Uustal is arguably right. According to an article published in the British Medical Journal, “Doctors are too easily persuaded to continue prescribing branded drugs by marketing strategies designed to ensure that they do not switch to cheaper generic versions... Yale University researchers cite Abbott’s marketing of its blockbuster cholesterol-lowering drug fenofibrate [TriCor] as a key example.”
The article goes on to explain how the preference for TriCor, as opposed to generic drugs, costs government health care programs in the U.S. $700 million annually. Though the statistic is from 2012, Abbott’s aggressive marketing is likely costing our government much more today.
Abbott’s Dubious Track Record
Abbott Laboratories has a less than stellar track record. In 2012 a Virginia court ordered the company to pay the largest state Medicaid fraud fine to date, a staggering $1.5 billion. Abbott had been marketing its drug Depakote for large numbers of non-approved uses, for example, it was used to treat elderly patients suffering from dementia.
To expand the drug’s off-label use, Abbott implemented a system of kickbacks, which were paid to both prescribing doctors and pharmacies. A decade earlier, Abbott paid $622 million to settle allegations of illegal sales practices involving a line of nutritional products.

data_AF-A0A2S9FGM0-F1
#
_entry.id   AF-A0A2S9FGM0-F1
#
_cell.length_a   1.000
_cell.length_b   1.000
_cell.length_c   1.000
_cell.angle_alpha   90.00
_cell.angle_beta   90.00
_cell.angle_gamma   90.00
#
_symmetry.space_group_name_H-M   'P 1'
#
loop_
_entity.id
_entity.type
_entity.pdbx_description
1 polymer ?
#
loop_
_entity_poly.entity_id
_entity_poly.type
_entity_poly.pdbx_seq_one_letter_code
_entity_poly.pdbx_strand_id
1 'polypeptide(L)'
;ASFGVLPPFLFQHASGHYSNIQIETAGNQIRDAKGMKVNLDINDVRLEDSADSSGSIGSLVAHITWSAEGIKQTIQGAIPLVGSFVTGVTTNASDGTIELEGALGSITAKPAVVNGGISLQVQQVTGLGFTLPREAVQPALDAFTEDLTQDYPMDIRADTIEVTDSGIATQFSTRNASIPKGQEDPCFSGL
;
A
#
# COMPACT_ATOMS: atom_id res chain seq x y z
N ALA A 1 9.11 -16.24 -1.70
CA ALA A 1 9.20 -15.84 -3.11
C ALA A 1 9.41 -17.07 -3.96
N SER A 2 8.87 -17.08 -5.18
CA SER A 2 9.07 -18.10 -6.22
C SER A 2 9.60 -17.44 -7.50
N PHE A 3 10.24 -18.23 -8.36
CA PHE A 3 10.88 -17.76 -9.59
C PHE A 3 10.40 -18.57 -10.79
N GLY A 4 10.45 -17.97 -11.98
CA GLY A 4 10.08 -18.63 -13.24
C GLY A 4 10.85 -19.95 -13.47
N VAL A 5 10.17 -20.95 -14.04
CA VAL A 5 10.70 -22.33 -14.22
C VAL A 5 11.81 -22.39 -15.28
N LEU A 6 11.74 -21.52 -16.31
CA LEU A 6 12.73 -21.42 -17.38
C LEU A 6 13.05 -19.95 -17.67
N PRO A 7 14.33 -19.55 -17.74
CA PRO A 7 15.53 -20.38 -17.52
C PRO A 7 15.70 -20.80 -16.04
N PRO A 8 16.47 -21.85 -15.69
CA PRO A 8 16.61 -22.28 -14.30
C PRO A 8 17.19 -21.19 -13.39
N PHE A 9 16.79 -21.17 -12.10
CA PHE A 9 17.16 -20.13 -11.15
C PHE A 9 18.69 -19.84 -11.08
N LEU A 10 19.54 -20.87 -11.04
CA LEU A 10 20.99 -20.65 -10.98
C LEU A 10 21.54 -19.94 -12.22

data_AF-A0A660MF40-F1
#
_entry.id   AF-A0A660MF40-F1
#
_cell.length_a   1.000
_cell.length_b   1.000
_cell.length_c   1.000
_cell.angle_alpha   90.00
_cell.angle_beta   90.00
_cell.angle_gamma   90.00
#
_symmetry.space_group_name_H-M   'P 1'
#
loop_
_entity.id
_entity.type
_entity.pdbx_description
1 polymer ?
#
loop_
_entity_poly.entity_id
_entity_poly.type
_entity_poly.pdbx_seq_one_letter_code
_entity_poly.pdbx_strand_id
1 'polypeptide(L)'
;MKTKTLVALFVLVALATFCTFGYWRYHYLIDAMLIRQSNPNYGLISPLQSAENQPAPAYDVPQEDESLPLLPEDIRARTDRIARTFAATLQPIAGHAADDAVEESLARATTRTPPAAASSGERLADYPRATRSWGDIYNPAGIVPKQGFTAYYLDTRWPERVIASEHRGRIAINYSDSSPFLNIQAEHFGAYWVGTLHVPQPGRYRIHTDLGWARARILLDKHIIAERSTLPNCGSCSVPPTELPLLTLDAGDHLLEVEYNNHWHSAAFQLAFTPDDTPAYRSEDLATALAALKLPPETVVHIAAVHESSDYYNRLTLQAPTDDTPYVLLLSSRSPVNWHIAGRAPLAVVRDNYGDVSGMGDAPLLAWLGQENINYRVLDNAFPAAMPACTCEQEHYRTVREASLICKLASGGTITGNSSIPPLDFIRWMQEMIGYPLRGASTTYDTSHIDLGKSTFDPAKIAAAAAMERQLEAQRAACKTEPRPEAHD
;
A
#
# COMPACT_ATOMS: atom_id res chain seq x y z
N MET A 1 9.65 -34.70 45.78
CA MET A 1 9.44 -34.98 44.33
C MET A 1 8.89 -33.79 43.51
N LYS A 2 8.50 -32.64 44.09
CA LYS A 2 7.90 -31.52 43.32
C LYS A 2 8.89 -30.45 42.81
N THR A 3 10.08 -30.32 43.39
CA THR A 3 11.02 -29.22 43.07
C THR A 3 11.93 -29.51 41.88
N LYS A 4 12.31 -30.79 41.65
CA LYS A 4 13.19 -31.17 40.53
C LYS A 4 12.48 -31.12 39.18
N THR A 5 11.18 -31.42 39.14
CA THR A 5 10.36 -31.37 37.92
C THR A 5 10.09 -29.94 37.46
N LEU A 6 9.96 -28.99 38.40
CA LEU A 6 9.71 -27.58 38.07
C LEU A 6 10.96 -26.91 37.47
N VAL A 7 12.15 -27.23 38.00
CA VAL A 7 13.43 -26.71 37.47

Abbott’s spinoff AbbVie has also been exposed for its unethical behavior. Earlier this year, a New York Times article shed light on an alleged scheme to overprice Humira, the world’s top-selling prescription drug. Costing over $38,000 annually, per patient (after rebates), Humira earned AbbVie over $18 billion in 2017, according to Investopedia. AbbVie has been known to lobby extensively to discourage drug price controls. It is also known for his aggressive patent strategies.
While the company claims it needs the revenue to research new drugs, studies have shown that it was not necessary to double the price of the drug over the last six years to fund Abbott’s R&D efforts. The New York Times titled its article, “Start at a High Price. Go Higher,” a testimony to the company’s focus on profits above all.
Whistleblower Amy Bergman Will Receive $6.5 Million Award
A spokesperson for the Office of the Inspector General, who was involved in the case, commented, “Pharmaceutical companies that ignore rules designed to protect patients will be held accountable. Patients must be able to trust that decisions made by their doctors are based on unbiased professional judgment and not personal gain.”
While $1.8 million of the settlement will go to state Medicaid programs, the rest will go to the federal government. Whistleblower Amy Bergman will receive $6.5 million, and the exact amount of the attorney fees awarded is unknown.
The U.S. Attorney has especially thanked Bergman for being brave enough to come forward and assist the government in ending the alleged misconduct by a known violator. He emphasized the importance of whistleblowers to shine a light on fraud. “Ms. Bergman’s efforts and those of her attorneys [Uustal et al.] were critical to our favorable resolution of this case.”